This class implements Fibonacci sequence and returns the Fibonacci number at a given index. The Fibonacci number is calculated recursively using the function: fib(n) = fib(n-1) + fib(n-2). The base case for this recursive function is that the first two Fibonacci numbers are 1.

Note that this class also keeps track of how many times the valueAt() method is invoked. We can obtain this value through the getter method. The Fibonacci class also enabled resetting of this value so that the counter starts from 0 once more.

Here everything seems to be in place and the class is enabled for caching. So let us execute it.

package com.javacreed.examples.sc.part2_1;

import org.springframework.context.support.ClassPathXmlApplicationContext;

public class Main {

  public static void main(final String[] args) {
    final String xmlFile = "META-INF/spring/app-context.xml";
    try (ClassPathXmlApplicationContext context = new ClassPathXmlApplicationContext(xmlFile)) {

      final long start = System.nanoTime();
      final Fibonacci sequence = context.getBean("fibonacci", Fibonacci.class);
      final long fibNumber = sequence.valueAt(5);
      final int executions = sequence.getExecutions();
      final long timeTaken = System.nanoTime() - start;
      System.out.printf("The 5th Fibonacci number is: %d (%,d executions in %,d NS)%n", fibNumber, executions,
          timeTaken);
    }
  }
}

If we run the above code, we will get the following output.

The 5th Fibonacci number is: 8 (15 executions in 17,762,022 NS)

The cacheable method valueAt() was invoked a total of 15 times. This does not sound right. The valueAt() method should have been executed only 6 times and not 15 times. The other times 9 times, the cached value should have been returned instead.

What went wrong?
In the main() method we obtained an instance of the Fibonacci class through Spring. In turn, Spring wrapped our object into a proxy. Therefore within the main() method, we only have access to the proxy. But the valueAt() method within the Fibonacci class, calls itself (recursion). This is not calling the valueAt() method through the proxy, but directly from Fibonacci class. Therefore the proxy is bypassed. That is why we are not caching the value at the recursion level.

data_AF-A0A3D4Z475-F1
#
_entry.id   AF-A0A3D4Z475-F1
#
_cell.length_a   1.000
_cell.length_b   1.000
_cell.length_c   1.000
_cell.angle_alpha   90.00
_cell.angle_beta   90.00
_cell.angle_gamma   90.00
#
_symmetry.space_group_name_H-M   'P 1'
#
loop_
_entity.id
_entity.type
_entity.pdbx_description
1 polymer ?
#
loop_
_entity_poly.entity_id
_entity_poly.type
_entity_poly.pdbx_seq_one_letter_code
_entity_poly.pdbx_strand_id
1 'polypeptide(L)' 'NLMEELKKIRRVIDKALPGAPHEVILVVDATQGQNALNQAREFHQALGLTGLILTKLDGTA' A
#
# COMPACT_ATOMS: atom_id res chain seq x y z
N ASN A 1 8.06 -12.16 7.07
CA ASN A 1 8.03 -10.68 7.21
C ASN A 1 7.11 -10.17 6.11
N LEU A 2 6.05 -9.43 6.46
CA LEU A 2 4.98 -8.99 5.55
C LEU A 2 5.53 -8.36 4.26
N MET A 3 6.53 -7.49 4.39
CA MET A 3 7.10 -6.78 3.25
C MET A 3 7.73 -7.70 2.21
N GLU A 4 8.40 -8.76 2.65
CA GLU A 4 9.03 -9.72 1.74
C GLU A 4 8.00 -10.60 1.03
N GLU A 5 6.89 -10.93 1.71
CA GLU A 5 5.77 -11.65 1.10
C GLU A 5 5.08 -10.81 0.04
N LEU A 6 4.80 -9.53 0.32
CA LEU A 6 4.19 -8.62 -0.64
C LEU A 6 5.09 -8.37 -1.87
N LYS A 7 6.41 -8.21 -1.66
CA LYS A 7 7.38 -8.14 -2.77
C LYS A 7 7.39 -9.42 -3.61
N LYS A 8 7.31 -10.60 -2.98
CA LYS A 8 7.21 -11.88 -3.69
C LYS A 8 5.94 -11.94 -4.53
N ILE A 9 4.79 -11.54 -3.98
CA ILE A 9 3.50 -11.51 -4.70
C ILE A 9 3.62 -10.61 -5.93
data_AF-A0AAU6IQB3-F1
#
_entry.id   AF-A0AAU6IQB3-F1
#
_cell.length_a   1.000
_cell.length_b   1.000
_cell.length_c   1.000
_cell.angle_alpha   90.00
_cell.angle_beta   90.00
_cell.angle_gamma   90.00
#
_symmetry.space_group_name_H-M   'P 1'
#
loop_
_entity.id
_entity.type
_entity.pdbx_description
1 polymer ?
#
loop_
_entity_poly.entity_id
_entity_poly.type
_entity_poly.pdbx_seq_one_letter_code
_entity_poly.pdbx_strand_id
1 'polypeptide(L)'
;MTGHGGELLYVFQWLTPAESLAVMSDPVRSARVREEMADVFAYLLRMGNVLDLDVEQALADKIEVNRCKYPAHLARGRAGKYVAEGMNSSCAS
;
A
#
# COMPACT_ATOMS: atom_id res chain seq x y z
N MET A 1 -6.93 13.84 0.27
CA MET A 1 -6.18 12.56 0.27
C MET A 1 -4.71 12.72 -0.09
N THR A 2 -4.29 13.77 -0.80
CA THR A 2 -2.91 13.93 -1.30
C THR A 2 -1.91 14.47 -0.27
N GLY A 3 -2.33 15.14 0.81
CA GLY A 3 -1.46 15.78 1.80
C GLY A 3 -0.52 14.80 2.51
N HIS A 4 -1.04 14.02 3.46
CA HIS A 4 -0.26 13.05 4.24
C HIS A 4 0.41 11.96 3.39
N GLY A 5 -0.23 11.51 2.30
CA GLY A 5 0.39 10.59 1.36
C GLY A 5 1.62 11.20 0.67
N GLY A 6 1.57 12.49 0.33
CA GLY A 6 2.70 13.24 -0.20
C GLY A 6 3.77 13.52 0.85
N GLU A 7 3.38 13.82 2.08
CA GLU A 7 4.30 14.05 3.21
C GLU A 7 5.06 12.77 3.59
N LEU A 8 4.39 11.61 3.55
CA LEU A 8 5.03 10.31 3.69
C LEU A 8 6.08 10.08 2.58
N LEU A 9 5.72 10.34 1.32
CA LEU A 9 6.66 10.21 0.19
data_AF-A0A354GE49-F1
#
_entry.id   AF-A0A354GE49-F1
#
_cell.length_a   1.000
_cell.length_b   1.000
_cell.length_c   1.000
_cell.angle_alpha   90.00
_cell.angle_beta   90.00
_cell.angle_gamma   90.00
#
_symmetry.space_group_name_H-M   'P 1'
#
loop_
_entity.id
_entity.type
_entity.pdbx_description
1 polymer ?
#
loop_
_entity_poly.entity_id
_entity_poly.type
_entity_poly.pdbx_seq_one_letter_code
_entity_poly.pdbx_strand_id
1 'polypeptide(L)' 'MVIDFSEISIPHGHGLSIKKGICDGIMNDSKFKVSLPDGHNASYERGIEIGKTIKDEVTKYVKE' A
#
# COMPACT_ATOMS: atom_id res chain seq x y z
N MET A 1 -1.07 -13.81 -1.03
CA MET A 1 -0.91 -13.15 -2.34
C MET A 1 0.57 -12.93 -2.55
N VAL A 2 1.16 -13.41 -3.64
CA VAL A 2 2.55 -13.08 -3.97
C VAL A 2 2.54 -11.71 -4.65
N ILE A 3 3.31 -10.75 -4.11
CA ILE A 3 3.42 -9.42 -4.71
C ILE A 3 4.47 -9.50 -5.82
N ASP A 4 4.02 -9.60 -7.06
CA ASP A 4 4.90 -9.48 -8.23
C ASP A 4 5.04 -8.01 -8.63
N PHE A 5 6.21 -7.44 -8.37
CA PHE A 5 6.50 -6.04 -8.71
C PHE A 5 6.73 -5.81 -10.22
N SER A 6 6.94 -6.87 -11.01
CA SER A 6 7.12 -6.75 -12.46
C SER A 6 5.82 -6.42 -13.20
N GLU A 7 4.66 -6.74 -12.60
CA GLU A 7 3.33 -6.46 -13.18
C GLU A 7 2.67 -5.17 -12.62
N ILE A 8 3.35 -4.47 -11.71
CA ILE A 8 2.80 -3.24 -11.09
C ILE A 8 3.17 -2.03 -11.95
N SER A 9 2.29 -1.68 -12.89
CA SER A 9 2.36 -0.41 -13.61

Observation

Note that if we had to invoke the sequence.valueAt(5); (with the same value) again, the cached value will be returned as the variable sequence is an instance of the proxied Fibonacci.

How can we fix this?
In order to fix this we need to modify the Fibonacci class and pass a reference of our proxy as shown next.

package com.javacreed.examples.sc.part2_2;

import org.springframework.cache.annotation.Cacheable;
import org.springframework.stereotype.Component;

@Component("fibonacci2")
public class Fibonacci {

  private int executions = 0;

  public int getExecutions() {
    return executions;
  }

  public void resetExecutions() {
    this.executions = 0;
  }

  @Cacheable("fibonacci")
  public long valueAt(final long index, final Fibonacci callback) {
    executions++;
    if (index < 2) {
      return 1;
    }

    return callback.valueAt(index - 1, callback) + callback.valueAt(index - 2, callback);
  }

}

Note that now our valueAt() method takes two parameters and not one. It takes an instance of the Fibonacci class, referred to as callback. Furthermore, instead of invoking the valueAt() on itself, it invokes the callback‘s valueAt(). From the main() method, we need to also pass an instance of the proxied Fibonacci class as shown in the following example.

package com.javacreed.examples.sc.part2_2;

import org.springframework.context.support.ClassPathXmlApplicationContext;

public class Main {

  public static void main(final String[] args) {
    final String xmlFile = "META-INF/spring/app-context.xml";
    try (ClassPathXmlApplicationContext context = new ClassPathXmlApplicationContext(xmlFile)) {

      final long start = System.nanoTime();
      final Fibonacci sequence = context.getBean("fibonacci2", Fibonacci.class);
      final long fibNumber = sequence.valueAt(5, sequence);
      final int executions = sequence.getExecutions();
      final long timeTaken = System.nanoTime() - start;
      System.out.printf("The 5th Fibonacci number is: %d (%,d executions in %,d NS)%n", fibNumber, executions,
          timeTaken);
    }
  }
}

This class will produce the following output.

The 5th Fibonacci number is: 8 (6 executions in 18,320,003 NS)

Observation

Note that this example, took longer than the non-cached version. This is because caching adds some overheads, and this example did not benefit enough to overcome these costs. If instead we try to retrieve a larger Fibonacci number, such as 50, then the benefit will appear. Please do not try very large numbers as these will take a considerable amount of time to compute.

This concludes our example with caching and using recursion. The key point is that recursion will bypass the proxy unless a callback is specified. In the following section we will see a simple, real world like, example.

Real-world like example

Consider the following domain class.

package com.javacreed.examples.sc.part3;

public class Member {

  private final int memberId;
  private final String memberName;

  public Member(final int memberId, final String memberName) {
    this.memberId = memberId;
    this.memberName = memberName;
  }

  // Getters removed for brevity